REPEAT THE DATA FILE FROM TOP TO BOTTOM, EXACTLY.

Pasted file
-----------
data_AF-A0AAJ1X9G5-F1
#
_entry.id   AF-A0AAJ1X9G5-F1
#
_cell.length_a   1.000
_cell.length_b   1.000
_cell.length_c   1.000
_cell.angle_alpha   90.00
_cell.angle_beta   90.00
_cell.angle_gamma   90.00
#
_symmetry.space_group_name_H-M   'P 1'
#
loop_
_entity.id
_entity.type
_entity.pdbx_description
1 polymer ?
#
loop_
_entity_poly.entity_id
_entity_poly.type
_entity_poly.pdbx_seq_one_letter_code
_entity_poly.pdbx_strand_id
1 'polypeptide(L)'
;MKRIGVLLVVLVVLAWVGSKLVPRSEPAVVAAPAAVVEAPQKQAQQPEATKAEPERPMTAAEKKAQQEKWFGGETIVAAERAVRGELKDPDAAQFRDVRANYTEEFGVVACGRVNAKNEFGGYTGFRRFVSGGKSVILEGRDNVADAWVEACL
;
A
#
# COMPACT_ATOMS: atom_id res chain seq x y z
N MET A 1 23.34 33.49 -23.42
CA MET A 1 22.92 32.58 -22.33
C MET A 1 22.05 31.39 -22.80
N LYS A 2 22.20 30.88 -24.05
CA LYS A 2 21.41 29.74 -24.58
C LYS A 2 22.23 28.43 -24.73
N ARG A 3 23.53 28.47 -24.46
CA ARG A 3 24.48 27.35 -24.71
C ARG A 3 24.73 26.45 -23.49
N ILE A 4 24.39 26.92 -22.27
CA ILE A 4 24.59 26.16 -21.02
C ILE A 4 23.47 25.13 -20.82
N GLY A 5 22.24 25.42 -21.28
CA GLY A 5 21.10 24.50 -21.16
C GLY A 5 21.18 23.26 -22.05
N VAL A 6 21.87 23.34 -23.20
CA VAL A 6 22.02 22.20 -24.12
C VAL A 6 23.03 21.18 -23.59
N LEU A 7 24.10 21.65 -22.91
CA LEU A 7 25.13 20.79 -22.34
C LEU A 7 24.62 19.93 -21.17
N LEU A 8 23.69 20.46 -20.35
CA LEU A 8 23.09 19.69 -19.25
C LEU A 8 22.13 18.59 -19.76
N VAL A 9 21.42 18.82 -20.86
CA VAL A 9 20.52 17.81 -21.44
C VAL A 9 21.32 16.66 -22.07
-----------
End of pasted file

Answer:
data_AF-A0AAJ1X9G5-F1
#
_entry.id   AF-A0AAJ1X9G5-F1
#
_cell.length_a   1.000
_cell.length_b   1.000
_cell.length_c   1.000
_cell.angle_alpha   90.00
_cell.angle_beta   90.00
_cell.angle_gamma   90.00
#
_symmetry.space_group_name_H-M   'P 1'
#
loop_
_entity.id
_entity.type
_entity.pdbx_description
1 polymer ?
#
loop_
_entity_poly.entity_id
_entity_poly.type
_entity_poly.pdbx_seq_one_letter_code
_entity_poly.pdbx_strand_id
1 'polypeptide(L)'
;MKRIGVLLVVLVVLAWVGSKLVPRSEPAVVAAPAAVVEAPQKQAQQPEATKAEPERPMTAAEKKAQQEKWFGGETIVAAERAVRGELKDPDAAQFRDVRANYTEEFGVVACGRVNAKNEFGGYTGFRRFVSGGKSVILEGRDNVADAWVEACL
;
A
#
# COMPACT_ATOMS: atom_id res chain seq x y z
N MET A 1 23.34 33.49 -23.42
CA MET A 1 22.92 32.58 -22.33
C MET A 1 22.05 31.39 -22.80
N LYS A 2 22.20 30.88 -24.05
CA LYS A 2 21.41 29.74 -24.58
C LYS A 2 22.23 28.43 -24.73
N ARG A 3 23.53 28.47 -24.46
CA ARG A 3 24.48 27.35 -24.71
C ARG A 3 24.73 26.45 -23.49
N ILE A 4 24.39 26.92 -22.27
CA ILE A 4 24.59 26.16 -21.02
C ILE A 4 23.47 25.13 -20.82
N GLY A 5 22.24 25.42 -21.28
CA GLY A 5 21.10 24.50 -21.16
C GLY A 5 21.18 23.26 -22.05
N VAL A 6 21.87 23.34 -23.20
CA VAL A 6 22.02 22.20 -24.12
C VAL A 6 23.03 21.18 -23.59
N LEU A 7 24.10 21.65 -22.91
CA LEU A 7 25.13 20.79 -22.34
C LEU A 7 24.62 19.93 -21.17
N LEU A 8 23.69 20.46 -20.35
CA LEU A 8 23.09 19.69 -19.25
C LEU A 8 22.13 18.59 -19.76
N VAL A 9 21.42 18.82 -20.86
CA VAL A 9 20.52 17.81 -21.44
C VAL A 9 21.32 16.66 -22.07